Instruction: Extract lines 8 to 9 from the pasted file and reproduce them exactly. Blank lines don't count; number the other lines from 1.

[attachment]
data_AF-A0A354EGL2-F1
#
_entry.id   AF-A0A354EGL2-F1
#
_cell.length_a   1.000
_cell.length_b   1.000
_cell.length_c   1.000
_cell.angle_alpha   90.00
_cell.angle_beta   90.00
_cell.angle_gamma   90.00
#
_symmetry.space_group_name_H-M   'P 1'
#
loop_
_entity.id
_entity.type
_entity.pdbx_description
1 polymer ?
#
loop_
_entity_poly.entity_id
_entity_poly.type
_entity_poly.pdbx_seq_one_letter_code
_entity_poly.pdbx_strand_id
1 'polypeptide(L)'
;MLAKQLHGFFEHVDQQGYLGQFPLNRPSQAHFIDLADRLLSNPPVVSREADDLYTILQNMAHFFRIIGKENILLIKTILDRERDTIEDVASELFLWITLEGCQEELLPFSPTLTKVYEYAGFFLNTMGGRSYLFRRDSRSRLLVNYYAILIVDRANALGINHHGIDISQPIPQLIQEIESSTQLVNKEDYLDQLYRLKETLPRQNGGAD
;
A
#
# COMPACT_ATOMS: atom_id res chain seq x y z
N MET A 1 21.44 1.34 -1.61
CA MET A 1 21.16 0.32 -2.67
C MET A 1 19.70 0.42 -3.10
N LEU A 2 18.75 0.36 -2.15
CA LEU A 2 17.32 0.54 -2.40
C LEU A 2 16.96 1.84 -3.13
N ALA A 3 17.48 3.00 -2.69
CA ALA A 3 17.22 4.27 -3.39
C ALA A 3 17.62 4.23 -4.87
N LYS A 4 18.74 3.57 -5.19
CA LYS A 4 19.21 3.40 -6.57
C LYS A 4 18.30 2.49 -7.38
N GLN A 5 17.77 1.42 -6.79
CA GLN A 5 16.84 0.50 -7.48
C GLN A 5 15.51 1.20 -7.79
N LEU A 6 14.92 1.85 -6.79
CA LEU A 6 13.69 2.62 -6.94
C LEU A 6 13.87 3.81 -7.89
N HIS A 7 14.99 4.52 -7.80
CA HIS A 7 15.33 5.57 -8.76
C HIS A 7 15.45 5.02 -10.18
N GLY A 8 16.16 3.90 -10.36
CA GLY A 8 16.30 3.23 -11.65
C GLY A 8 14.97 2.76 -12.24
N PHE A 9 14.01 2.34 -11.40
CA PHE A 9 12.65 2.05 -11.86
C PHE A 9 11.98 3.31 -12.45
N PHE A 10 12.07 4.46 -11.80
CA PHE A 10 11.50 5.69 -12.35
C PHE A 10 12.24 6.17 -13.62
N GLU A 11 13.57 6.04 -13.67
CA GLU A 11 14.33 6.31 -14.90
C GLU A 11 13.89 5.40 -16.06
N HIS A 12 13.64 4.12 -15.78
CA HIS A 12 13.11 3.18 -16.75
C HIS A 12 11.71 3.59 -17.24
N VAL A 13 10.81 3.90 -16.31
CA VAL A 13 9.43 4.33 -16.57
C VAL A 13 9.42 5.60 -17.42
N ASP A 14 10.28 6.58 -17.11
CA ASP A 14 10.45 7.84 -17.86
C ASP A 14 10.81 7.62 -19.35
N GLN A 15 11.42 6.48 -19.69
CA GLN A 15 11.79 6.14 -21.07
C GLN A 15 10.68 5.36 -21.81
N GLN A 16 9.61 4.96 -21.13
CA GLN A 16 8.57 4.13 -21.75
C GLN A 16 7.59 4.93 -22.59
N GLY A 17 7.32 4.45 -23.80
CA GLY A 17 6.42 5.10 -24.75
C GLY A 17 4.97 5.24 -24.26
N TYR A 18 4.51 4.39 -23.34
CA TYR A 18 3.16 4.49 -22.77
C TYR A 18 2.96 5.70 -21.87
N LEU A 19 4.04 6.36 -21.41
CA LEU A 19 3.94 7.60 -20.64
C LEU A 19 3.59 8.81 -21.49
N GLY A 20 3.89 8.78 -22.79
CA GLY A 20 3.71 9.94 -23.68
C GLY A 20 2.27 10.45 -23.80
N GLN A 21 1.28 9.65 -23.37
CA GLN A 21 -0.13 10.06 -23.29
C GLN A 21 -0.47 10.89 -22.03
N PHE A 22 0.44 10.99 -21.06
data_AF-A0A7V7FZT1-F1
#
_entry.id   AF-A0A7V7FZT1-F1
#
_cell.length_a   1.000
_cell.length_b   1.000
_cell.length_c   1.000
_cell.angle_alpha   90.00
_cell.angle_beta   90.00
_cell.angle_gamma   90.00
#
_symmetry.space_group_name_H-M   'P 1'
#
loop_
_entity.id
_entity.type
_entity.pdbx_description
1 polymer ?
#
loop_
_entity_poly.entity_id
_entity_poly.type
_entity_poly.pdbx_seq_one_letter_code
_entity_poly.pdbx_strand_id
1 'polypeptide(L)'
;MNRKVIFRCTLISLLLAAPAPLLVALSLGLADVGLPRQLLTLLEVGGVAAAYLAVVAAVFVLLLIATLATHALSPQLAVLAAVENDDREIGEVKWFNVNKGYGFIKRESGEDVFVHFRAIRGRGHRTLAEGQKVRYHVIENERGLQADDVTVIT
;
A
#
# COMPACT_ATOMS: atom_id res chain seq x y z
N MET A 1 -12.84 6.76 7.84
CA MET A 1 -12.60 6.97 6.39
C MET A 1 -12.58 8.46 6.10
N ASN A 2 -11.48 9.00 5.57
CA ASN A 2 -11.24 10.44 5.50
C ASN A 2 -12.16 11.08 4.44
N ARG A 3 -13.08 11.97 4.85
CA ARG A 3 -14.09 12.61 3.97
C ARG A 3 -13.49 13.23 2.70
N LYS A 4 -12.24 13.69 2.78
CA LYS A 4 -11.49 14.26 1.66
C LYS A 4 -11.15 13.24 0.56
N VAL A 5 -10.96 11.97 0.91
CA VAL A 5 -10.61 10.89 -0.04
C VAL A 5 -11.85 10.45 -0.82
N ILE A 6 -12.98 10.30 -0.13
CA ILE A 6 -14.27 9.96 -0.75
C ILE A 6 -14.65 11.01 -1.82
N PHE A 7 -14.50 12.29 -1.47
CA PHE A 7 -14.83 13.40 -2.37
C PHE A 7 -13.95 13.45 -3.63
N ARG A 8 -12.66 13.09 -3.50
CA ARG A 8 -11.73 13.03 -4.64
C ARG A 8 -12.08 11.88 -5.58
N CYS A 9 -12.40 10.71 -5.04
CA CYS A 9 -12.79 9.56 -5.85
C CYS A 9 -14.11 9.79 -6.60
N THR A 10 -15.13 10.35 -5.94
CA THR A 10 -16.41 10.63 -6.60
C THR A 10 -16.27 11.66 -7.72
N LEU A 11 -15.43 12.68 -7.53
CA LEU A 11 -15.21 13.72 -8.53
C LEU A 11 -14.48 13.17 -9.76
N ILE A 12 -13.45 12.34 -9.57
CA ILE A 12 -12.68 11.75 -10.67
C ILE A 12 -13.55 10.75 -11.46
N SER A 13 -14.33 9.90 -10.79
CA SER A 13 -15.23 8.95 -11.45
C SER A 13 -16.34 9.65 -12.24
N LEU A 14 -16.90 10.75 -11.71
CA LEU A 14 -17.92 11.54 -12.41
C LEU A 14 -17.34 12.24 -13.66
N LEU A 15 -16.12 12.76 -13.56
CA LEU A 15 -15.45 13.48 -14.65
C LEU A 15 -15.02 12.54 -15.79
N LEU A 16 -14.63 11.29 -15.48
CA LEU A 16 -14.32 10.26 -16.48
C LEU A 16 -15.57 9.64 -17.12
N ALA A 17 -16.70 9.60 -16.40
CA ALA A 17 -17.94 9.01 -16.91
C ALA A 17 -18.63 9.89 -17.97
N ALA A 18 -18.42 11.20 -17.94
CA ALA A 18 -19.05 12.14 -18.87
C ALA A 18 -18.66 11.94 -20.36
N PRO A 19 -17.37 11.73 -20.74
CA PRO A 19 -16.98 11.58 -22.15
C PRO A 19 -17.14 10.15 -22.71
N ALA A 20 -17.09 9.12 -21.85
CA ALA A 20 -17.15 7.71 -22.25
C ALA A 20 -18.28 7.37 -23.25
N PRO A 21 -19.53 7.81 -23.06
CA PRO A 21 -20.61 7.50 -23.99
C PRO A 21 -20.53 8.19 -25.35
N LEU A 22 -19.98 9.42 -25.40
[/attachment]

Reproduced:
_cell.angle_alpha   90.00
_cell.angle_beta   90.00